Cook cannot be said to have done anything disruptive; he wasn’t the one who made a scene during the service. The fact that he was surreptitious in his actions demonstrates that he didn’t stand up, wave the wafer around and shout "I got it! I got it!" The disruption was perpetrated by the individual who attempted to physically restrain him. Therefore, it is that individual who should be brought up on university charges if this whole situation is about disruptive behavior. If, on the other hand, Cook is being charged with being disrespectful, that opens up the question of whether disrespect directed at a religious organization is being treated differently than that directed at a secular organization at UCF. As this is a public university funded largely by tax dollars, to do so would be violating the law. Would a student wearing a "club the baby seals" T-shirt be brought up on the same charges for attending an on-campus Greenpeace meeting? Respect is something that can only be given by consent; it cannot be enforced and to attempt to do not almost always impinges on free speech. A university should not be allowed to decide what any individual should or should not respect.

Finally, we might ask whether a "sanctified" cracker can be given a different standing then an unsanctified cracker by the university administration. If not, then any student removing a Ritz from a reception could be faced with the end of his or her academic career under the university’s stringent “zero tolerance for cracker thieves” policy. If the university decides that it can give special status to a cracker that happens to be part of a religious ritual, then it is giving special privileges to an organization based on particular religious belief— certainly something not allowed when that organization is receiving funding from student fees at a public university.

On the other hand, the person who attempted to prevent Cook from leaving the premises when he so desired has certainly broken the law. The action could certainly be considered assault and perhaps false imprisonment as well. Cook was not posing a threat to any person, nor was he stealing someone else’s property. The cracker was given to him; it was his property. If UCF isn’t already giving special status to a religious organization, it should be more concerned with the violation of a real law than it is with getting involved with vague issues of respect and transubstantiation. Certainly, assault has been proven many times in open court. I don’t think the same can be said of transubstantiation.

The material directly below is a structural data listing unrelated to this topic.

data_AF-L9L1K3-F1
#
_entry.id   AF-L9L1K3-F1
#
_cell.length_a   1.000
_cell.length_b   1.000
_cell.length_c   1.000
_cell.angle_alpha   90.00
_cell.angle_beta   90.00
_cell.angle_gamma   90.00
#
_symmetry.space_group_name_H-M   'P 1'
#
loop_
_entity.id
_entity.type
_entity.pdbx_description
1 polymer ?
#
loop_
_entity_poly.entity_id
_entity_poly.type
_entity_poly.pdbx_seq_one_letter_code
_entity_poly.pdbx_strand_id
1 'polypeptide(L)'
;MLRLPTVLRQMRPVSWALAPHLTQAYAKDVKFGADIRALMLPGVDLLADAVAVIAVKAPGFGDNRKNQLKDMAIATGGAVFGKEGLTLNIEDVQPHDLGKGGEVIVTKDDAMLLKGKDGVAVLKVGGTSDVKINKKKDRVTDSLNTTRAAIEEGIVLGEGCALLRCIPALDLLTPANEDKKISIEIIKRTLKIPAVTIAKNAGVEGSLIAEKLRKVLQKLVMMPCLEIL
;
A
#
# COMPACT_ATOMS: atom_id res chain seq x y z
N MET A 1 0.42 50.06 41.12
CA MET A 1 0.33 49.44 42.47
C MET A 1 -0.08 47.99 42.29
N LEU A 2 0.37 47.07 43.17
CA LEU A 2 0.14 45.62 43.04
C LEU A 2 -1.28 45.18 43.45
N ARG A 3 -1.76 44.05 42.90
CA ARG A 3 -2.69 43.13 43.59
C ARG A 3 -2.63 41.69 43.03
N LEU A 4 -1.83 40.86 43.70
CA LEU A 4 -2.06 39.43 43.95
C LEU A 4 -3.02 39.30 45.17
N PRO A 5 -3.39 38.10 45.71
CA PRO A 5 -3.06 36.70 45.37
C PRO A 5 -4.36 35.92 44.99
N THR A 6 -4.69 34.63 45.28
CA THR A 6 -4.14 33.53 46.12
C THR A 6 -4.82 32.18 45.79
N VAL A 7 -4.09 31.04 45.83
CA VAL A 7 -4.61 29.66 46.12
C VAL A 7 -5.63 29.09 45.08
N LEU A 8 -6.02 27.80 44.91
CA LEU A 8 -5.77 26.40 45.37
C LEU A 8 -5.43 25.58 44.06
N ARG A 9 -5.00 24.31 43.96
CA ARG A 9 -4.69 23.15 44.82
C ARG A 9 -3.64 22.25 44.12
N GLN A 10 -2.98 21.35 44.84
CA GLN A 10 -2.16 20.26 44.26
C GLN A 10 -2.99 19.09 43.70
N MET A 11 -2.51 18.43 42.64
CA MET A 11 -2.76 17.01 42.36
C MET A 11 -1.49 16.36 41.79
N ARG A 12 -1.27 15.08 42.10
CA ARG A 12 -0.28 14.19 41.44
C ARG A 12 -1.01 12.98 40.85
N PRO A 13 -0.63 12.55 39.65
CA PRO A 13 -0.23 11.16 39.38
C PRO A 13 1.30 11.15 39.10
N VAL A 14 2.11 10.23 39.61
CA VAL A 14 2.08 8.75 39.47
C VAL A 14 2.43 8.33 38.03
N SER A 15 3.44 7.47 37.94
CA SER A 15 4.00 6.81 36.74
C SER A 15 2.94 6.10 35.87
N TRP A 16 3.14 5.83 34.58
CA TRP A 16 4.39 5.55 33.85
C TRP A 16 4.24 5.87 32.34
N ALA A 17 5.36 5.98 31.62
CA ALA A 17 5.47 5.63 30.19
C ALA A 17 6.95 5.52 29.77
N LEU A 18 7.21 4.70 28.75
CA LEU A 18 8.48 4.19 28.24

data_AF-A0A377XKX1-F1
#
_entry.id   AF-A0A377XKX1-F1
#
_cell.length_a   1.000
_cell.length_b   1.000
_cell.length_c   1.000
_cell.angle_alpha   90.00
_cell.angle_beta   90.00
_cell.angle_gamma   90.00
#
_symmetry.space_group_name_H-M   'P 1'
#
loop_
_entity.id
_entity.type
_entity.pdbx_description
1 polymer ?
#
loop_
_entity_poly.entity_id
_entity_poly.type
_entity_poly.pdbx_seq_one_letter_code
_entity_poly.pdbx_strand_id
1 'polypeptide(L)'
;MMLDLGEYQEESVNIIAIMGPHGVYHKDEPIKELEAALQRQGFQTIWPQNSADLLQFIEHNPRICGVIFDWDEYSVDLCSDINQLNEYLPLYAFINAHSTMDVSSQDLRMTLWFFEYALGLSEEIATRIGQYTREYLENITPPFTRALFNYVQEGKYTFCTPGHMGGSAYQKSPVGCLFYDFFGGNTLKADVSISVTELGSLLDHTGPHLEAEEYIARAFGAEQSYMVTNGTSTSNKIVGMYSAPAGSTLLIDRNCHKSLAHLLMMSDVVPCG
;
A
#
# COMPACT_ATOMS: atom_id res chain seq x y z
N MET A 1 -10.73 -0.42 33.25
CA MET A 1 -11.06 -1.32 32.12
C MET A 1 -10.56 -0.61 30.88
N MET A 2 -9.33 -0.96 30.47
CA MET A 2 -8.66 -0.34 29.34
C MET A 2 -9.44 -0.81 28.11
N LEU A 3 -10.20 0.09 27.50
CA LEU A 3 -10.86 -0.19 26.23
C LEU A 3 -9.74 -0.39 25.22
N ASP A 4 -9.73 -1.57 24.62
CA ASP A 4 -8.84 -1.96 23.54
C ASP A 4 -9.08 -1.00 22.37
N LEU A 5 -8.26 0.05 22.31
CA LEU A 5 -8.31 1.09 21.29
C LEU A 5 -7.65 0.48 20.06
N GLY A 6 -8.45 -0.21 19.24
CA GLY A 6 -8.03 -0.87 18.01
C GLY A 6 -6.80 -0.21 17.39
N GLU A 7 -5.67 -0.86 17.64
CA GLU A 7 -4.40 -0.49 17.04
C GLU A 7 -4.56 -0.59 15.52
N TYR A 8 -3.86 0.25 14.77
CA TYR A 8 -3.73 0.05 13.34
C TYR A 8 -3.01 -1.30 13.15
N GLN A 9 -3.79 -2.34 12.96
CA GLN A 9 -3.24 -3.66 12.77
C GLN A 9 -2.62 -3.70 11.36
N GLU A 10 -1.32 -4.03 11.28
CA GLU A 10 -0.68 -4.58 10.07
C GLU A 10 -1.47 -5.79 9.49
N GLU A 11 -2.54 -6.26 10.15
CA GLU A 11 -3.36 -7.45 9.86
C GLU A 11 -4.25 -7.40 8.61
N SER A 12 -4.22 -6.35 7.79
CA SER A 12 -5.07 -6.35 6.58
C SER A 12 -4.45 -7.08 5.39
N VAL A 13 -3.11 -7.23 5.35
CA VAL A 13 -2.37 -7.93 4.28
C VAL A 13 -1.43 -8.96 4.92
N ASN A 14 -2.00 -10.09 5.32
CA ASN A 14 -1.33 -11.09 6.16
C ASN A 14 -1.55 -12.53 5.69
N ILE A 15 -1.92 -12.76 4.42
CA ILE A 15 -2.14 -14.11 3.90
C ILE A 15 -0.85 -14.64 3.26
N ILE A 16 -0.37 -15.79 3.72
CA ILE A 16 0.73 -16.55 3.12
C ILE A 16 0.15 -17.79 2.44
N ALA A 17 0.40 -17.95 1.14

I find it telling that Cook’s friend is afraid to reveal his identity. Cook has already been the subject of physical harassment and clearly his friend is worried about his own safety. It bears pointing out that contrary to the assertions I have seen made by Catholics angered over this situation that they are unlike Muslims who rioted in several countries when a Danish newspaper published a derogatory cartoon of Mohammad that, in fact, Christians have taken violent action when they have felt that the object of their belief has been slighted. In India, Christians infuriated by the printing in a newspaper of a cartoon depicting Christ holding a beer smashed that paper’s office only hours ago. It might be true that Americans are not as likely to become violent over religious differences, but to assert that this has anything to do with religion is nonsense. I would assume that Indian Christians are still considered to be members of the same religion as American Christians and that the Catholics of the subcontinent belong to the same church as the Catholics of Florida.

As far as PZ Myers is concerned, I wonder if he would consider accompanying me when I travel to Florida for field work this September. I’m sure his newly-acquired celebrity in that state would net us all sorts of benefits. The vitriol expressed by Floridian fundamentalists would provide motivation against the temptation to leave the field early and seek air conditioning. At least as far as WFTV sees him, he's the "athiest."